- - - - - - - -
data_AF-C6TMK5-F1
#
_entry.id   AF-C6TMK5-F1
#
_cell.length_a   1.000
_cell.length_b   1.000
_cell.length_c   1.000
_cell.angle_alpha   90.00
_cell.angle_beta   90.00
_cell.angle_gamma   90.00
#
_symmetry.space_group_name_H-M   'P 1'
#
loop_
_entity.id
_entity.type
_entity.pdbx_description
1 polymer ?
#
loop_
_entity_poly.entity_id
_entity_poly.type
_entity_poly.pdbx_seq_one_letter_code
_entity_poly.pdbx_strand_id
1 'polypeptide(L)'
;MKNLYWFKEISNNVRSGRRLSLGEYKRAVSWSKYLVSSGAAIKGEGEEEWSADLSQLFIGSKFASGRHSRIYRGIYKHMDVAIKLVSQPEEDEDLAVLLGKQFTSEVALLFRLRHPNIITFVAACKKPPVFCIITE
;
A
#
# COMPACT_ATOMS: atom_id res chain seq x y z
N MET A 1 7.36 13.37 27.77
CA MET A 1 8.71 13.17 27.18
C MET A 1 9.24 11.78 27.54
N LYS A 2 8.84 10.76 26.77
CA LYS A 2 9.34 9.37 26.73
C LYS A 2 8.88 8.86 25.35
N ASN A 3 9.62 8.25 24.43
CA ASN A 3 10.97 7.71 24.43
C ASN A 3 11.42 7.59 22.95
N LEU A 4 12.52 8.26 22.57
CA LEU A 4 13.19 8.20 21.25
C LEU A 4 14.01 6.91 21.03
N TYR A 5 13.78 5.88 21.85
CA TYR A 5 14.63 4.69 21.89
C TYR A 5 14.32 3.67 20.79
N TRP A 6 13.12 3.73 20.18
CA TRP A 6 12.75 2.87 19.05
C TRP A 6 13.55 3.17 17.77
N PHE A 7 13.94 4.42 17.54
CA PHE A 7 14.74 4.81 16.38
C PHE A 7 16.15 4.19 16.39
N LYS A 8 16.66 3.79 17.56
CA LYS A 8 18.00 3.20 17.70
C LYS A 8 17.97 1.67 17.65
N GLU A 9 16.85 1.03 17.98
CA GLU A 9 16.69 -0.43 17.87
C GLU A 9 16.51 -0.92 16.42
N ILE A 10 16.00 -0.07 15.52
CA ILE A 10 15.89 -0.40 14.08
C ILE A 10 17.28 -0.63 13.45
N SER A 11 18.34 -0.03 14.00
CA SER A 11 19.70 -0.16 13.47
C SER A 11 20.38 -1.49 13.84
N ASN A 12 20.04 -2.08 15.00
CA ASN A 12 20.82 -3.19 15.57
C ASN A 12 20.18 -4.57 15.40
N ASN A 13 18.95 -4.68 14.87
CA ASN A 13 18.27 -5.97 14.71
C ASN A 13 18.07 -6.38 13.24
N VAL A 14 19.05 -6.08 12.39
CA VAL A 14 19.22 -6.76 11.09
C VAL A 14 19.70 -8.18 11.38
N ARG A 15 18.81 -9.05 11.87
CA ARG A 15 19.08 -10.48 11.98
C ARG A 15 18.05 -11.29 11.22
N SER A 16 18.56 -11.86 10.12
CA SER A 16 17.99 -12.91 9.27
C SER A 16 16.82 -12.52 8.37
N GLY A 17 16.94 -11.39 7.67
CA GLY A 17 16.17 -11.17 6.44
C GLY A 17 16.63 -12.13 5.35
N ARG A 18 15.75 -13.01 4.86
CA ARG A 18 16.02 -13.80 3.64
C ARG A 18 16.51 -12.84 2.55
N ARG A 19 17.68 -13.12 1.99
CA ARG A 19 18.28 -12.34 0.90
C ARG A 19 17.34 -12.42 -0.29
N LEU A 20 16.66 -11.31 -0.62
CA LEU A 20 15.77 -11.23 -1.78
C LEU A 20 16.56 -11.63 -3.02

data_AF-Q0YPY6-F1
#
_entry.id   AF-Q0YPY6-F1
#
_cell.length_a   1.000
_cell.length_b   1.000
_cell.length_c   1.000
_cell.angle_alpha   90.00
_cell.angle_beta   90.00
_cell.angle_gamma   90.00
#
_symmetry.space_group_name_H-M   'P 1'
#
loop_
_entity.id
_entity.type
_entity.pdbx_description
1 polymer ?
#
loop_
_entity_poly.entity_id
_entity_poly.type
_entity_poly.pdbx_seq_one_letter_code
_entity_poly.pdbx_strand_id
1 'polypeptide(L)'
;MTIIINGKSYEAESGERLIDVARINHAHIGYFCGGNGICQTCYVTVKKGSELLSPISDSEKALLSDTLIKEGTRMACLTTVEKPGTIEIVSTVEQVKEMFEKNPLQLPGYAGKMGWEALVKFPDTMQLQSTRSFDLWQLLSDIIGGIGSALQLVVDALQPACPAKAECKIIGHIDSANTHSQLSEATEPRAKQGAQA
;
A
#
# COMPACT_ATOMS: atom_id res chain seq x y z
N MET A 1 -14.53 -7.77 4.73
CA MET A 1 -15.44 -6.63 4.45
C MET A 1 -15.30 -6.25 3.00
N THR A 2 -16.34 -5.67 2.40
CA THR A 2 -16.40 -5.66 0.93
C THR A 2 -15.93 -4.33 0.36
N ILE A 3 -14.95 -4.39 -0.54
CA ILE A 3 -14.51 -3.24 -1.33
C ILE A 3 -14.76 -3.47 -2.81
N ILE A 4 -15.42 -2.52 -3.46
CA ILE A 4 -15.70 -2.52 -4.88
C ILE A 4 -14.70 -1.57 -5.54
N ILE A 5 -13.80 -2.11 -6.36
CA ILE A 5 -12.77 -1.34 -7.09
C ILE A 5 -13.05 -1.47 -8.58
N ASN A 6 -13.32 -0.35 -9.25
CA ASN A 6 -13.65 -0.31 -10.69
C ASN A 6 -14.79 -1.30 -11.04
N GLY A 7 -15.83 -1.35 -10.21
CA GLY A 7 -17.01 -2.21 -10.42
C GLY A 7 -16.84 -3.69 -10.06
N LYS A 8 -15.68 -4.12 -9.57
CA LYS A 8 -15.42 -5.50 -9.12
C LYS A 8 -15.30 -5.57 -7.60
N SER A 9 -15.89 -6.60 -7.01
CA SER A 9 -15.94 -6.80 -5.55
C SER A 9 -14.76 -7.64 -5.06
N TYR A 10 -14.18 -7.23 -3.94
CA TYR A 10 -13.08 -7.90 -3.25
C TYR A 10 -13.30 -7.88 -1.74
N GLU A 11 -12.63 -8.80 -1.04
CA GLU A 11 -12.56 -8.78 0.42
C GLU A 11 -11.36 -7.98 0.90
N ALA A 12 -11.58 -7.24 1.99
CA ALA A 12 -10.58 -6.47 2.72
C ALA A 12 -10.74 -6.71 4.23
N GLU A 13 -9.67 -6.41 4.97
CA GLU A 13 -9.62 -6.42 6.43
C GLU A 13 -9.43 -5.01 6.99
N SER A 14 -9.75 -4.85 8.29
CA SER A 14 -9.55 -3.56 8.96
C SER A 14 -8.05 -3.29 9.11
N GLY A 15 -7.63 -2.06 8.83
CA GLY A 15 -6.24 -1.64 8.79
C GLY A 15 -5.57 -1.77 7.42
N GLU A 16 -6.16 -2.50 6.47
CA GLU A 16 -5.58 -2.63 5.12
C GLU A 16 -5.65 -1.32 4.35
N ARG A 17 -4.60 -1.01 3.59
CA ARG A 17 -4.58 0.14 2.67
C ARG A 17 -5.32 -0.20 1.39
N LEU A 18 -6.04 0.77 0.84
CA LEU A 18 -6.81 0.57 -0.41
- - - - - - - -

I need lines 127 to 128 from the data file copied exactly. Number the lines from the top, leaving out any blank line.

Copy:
N ILE A 3 -14.95 -4.39 -0.54
CA ILE A 3 -14.51 -3.24 -1.33